Donning the armour of self-deprecation, Kallat can venture into the most dangerous battlefields. Paintings like I Wish It Came with the Food I Eat and Believer Picture literally idolise the phallus. As he puts it, “the whole feminist retaliation against men has produced a kind of counter-retaliation in my mind.” Irony also allows for theatricality, allows the self to adopt the grandest of roles, to appear in the robes of the Buddha, or posterised like Che Guevara.
In a painting from P.T.O. called Guardian Column, “where the painter is a sort of protector of a whole tradition”, we see the same two sided, ironic vision of the artist, a phallic pillar juxtaposed with a photocopied temple. Invoking Benjamin once more, Kallat’s view of his cultural tradition, like that of many of his peers is derived almost entirely from books, from mechanical reproductions of the original cultural artefacts. Kallat’s achievement is that he has found a formal solution to this strange intellectual condition. His pilgrims carry haversacks, but their journeys lead them mainly through a jungle of art publications. Ajanta and Ellora, the palaces of Mysore, the gopuras of Tamil Nadu, the artist has never seen any of these. They are all part of an abstract tradition and receive correspondingly abstract representation in his work.
The elephant, native of Kallat’s home state Kerala, is, like temples and palaces, a symbol of tradition that the artist uses repeatedly, or, as he prefers to put it, “recycles”. In Son, You Can Always Feel Young, the protagonist holds an elephant on a string, but tradition turns out to be less a puppet than a hypnotic pendulum (Rather than depict the pendulum swing in a Futurist manner, the picture shows the protagonist being swayed). The title of the painting brings into the equation a more modern form of brain-washing – that of American pop psychology, the cult of the do-it-yourself book.
Opposed to the gullible figure of Son, You Can Always Feel Young is the bespectacled self-portrait, May What Is Threatened Not Become Fact. The presence of spectacles is a sign, in Kallat’s lexicon, of “the wise, viewing, non-blind self”. The monumental head at the centre of May What Is Threatened Not Become Fact strikes a more sombre note than most of the other paintings in P.T.O. But the canvas also recycles a couple of the artist’s favourite motifs, such as the elephant who, in this case, is toppled from his pedestal. Well-worn phrases such as ‘toppled from his pedestal’ and ‘expanding the mind’ are often evoked by Kallat’s work, and he admits that many of his images “are guided by texts and captions: well-known phrases, song-titles, which, if proclaimed, would be too direct. These are very simplistic, dry, dehydrated thoughts. I maintain them like that for convenience, like a store of canned ideas. They only come alive when I use them as images.” To put it another way, “I think images, but I store words.”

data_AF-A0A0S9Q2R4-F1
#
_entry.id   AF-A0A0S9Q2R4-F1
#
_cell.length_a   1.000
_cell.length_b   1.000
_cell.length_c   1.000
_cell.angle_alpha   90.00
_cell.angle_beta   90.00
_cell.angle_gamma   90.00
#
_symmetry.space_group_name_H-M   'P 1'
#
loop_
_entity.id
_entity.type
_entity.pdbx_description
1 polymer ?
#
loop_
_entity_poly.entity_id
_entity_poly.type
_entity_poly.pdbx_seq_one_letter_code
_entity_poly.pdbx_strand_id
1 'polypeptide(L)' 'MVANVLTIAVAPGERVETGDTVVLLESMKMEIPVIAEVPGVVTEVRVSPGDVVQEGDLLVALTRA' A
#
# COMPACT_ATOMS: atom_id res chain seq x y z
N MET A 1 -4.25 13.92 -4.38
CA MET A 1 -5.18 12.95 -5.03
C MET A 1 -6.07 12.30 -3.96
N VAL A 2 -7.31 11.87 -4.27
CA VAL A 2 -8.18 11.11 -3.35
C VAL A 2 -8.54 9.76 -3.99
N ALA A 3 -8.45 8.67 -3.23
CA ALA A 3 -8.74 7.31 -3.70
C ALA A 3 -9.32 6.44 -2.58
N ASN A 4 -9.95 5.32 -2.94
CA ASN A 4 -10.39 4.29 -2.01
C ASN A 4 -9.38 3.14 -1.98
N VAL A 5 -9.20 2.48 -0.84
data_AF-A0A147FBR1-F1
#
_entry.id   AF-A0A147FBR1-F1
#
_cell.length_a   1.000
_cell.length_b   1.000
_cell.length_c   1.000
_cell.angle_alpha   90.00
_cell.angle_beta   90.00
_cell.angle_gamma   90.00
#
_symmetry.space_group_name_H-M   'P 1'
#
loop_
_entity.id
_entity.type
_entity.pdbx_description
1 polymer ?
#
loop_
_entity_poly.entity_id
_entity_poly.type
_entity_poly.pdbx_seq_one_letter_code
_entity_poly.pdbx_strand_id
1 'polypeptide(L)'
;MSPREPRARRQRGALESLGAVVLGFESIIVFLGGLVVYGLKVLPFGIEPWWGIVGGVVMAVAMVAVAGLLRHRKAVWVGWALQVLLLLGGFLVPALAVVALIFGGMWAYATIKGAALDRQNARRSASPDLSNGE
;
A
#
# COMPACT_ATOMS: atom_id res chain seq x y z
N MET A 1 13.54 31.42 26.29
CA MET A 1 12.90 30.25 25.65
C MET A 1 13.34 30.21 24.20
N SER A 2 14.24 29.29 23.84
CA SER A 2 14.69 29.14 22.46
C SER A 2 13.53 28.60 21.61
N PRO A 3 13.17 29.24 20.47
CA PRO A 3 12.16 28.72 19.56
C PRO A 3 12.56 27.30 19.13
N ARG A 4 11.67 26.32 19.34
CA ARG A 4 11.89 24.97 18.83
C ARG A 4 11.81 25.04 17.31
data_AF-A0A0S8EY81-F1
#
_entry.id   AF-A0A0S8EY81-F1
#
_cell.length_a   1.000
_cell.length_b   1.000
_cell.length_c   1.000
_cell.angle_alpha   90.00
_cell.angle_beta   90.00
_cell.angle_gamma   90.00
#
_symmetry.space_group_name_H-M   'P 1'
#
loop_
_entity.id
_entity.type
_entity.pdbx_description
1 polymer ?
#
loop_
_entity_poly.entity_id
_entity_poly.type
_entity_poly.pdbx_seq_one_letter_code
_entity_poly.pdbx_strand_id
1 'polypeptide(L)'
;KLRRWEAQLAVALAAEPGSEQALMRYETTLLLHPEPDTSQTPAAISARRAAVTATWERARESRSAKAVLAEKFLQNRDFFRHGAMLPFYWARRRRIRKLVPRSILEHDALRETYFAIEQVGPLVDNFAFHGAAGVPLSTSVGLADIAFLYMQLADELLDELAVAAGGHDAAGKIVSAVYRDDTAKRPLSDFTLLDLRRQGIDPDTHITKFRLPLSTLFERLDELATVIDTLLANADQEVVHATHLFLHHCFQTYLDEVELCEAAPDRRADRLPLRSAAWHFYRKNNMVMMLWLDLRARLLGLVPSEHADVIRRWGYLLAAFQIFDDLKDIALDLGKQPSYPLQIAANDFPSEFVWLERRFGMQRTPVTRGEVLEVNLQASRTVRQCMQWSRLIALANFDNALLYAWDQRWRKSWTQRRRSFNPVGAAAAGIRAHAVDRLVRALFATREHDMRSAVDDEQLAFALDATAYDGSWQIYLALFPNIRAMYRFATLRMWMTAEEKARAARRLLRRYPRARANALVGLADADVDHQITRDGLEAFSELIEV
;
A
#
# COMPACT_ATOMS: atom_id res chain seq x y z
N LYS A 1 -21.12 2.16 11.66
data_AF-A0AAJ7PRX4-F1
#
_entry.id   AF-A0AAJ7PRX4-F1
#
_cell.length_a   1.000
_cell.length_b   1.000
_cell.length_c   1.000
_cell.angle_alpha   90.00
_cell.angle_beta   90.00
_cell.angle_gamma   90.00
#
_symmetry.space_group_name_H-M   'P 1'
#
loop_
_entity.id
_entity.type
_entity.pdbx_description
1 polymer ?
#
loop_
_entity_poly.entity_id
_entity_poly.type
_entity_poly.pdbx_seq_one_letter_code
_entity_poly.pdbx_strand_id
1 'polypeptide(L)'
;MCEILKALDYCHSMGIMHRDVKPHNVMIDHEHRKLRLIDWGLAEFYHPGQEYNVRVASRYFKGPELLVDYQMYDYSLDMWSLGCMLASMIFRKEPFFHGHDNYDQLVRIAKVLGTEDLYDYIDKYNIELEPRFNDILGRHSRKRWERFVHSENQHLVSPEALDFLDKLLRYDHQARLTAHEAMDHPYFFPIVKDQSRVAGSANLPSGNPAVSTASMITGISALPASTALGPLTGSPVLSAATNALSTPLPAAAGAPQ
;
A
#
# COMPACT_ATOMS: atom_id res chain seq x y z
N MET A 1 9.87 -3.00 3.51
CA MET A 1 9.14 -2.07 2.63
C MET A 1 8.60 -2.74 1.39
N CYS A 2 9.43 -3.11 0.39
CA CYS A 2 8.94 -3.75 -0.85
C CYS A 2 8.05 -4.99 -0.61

The close relationship of words, ideas and images is central to Kallat’s work. His titles, usually written on the canvas along with other stray phrases, tend to include playful puns (‘Bulb Fiction: Strange Enlightenments’, ‘When So Many Spectacles Happen I See-Saw’). It is hardly surprising, then, that the painter’s first models were advertisements, which traditionally combine clever copy with striking images. The sleight of hand performed by commercials is that they sell you a brand, while you have to buy the product. The brand is the fantasy, the product is banal and real. Jitish Kallat’s paintings, too, have a few tricks up their sleeve. They combine, within the same cluster of images, promise and denial, proclamations and recantations. But if you choose to buy the paintings, you can be certain that what you see is what you get.